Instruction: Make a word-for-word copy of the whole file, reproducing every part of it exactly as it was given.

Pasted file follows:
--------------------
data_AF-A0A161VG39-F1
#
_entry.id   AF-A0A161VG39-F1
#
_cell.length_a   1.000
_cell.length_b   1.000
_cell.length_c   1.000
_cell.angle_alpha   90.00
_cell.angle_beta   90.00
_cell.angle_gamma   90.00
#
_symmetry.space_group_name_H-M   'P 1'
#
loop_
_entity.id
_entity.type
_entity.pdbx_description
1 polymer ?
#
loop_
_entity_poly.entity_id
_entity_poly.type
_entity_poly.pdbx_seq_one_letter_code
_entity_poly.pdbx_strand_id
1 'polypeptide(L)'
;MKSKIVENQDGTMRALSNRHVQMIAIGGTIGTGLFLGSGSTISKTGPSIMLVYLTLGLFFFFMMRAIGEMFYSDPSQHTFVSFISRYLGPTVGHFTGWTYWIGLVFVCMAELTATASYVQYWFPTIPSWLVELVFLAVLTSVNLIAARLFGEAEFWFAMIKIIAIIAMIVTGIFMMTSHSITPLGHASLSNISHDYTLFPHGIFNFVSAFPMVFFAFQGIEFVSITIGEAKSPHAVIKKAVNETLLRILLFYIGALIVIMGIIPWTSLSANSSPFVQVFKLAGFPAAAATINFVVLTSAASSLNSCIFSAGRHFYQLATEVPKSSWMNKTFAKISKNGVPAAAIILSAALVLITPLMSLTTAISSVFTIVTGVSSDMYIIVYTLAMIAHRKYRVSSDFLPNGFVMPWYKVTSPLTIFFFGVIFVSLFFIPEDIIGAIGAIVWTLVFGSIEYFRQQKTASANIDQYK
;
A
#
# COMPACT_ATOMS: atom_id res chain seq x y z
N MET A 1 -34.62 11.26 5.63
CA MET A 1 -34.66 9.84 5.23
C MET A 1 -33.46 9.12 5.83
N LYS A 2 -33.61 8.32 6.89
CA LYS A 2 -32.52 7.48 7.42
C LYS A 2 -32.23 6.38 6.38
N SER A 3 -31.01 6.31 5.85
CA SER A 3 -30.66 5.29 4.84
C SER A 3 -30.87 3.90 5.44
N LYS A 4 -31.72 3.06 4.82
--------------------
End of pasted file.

data_AF-A0A161VG39-F1
#
_entry.id   AF-A0A161VG39-F1
#
_cell.length_a   1.000
_cell.length_b   1.000
_cell.length_c   1.000
_cell.angle_alpha   90.00
_cell.angle_beta   90.00
_cell.angle_gamma   90.00
#
_symmetry.space_group_name_H-M   'P 1'
#
loop_
_entity.id
_entity.type
_entity.pdbx_description
1 polymer ?
#
loop_
_entity_poly.entity_id
_entity_poly.type
_entity_poly.pdbx_seq_one_letter_code
_entity_poly.pdbx_strand_id
1 'polypeptide(L)'
;MKSKIVENQDGTMRALSNRHVQMIAIGGTIGTGLFLGSGSTISKTGPSIMLVYLTLGLFFFFMMRAIGEMFYSDPSQHTFVSFISRYLGPTVGHFTGWTYWIGLVFVCMAELTATASYVQYWFPTIPSWLVELVFLAVLTSVNLIAARLFGEAEFWFAMIKIIAIIAMIVTGIFMMTSHSITPLGHASLSNISHDYTLFPHGIFNFVSAFPMVFFAFQGIEFVSITIGEAKSPHAVIKKAVNETLLRILLFYIGALIVIMGIIPWTSLSANSSPFVQVFKLAGFPAAAATINFVVLTSAASSLNSCIFSAGRHFYQLATEVPKSSWMNKTFAKISKNGVPAAAIILSAALVLITPLMSLTTAISSVFTIVTGVSSDMYIIVYTLAMIAHRKYRVSSDFLPNGFVMPWYKVTSPLTIFFFGVIFVSLFFIPEDIIGAIGAIVWTLVFGSIEYFRQQKTASANIDQYK
;
A
#
# COMPACT_ATOMS: atom_id res chain seq x y z
N MET A 1 -34.62 11.26 5.63
CA MET A 1 -34.66 9.84 5.23
C MET A 1 -33.46 9.12 5.83
N LYS A 2 -33.61 8.32 6.89
CA LYS A 2 -32.52 7.48 7.42
C LYS A 2 -32.23 6.38 6.38
N SER A 3 -31.01 6.31 5.85
CA SER A 3 -30.66 5.29 4.84
C SER A 3 -30.87 3.90 5.44
N LYS A 4 -31.72 3.06 4.82